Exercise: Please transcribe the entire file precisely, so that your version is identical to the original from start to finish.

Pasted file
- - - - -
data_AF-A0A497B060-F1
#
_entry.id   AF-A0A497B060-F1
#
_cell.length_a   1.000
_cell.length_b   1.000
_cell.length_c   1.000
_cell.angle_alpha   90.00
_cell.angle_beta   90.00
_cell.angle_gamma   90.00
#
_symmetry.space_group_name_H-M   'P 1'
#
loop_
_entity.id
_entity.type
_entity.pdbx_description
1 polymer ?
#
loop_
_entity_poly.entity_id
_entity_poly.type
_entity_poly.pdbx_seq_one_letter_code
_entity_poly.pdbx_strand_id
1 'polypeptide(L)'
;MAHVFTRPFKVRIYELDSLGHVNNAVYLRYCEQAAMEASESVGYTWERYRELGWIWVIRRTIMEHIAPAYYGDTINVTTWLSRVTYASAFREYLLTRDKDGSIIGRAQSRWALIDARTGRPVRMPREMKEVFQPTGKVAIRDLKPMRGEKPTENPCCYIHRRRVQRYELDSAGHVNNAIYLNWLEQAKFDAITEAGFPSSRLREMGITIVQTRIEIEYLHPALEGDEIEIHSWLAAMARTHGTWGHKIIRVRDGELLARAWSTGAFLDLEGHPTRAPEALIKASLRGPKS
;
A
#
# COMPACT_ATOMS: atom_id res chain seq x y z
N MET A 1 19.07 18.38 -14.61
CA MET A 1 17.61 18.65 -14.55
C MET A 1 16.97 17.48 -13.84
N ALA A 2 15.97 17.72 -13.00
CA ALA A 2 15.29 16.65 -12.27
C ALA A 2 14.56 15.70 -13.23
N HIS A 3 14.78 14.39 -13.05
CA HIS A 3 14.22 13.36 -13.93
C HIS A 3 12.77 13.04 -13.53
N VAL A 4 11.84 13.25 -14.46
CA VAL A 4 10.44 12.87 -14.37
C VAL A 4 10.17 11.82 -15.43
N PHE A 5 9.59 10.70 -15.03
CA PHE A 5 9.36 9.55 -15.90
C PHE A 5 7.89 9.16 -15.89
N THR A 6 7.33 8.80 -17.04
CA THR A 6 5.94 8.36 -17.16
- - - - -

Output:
data_AF-A0A497B060-F1
#
_entry.id   AF-A0A497B060-F1
#
_cell.length_a   1.000
_cell.length_b   1.000
_cell.length_c   1.000
_cell.angle_alpha   90.00
_cell.angle_beta   90.00
_cell.angle_gamma   90.00
#
_symmetry.space_group_name_H-M   'P 1'
#
loop_
_entity.id
_entity.type
_entity.pdbx_description
1 polymer ?
#
loop_
_entity_poly.entity_id
_entity_poly.type
_entity_poly.pdbx_seq_one_letter_code
_entity_poly.pdbx_strand_id
1 'polypeptide(L)'
;MAHVFTRPFKVRIYELDSLGHVNNAVYLRYCEQAAMEASESVGYTWERYRELGWIWVIRRTIMEHIAPAYYGDTINVTTWLSRVTYASAFREYLLTRDKDGSIIGRAQSRWALIDARTGRPVRMPREMKEVFQPTGKVAIRDLKPMRGEKPTENPCCYIHRRRVQRYELDSAGHVNNAIYLNWLEQAKFDAITEAGFPSSRLREMGITIVQTRIEIEYLHPALEGDEIEIHSWLAAMARTHGTWGHKIIRVRDGELLARAWSTGAFLDLEGHPTRAPEALIKASLRGPKS
;
A
#
# COMPACT_ATOMS: atom_id res chain seq x y z
N MET A 1 19.07 18.38 -14.61
CA MET A 1 17.61 18.65 -14.55
C MET A 1 16.97 17.48 -13.84
N ALA A 2 15.97 17.72 -13.00
CA ALA A 2 15.29 16.65 -12.27
C ALA A 2 14.56 15.70 -13.23
N HIS A 3 14.78 14.39 -13.05
CA HIS A 3 14.22 13.36 -13.93
C HIS A 3 12.77 13.04 -13.53
N VAL A 4 11.84 13.25 -14.46
CA VAL A 4 10.44 12.87 -14.37
C VAL A 4 10.17 11.82 -15.43
N PHE A 5 9.59 10.70 -15.03
CA PHE A 5 9.36 9.55 -15.90
C PHE A 5 7.89 9.16 -15.89
N THR A 6 7.33 8.80 -17.04
CA THR A 6 5.94 8.36 -17.16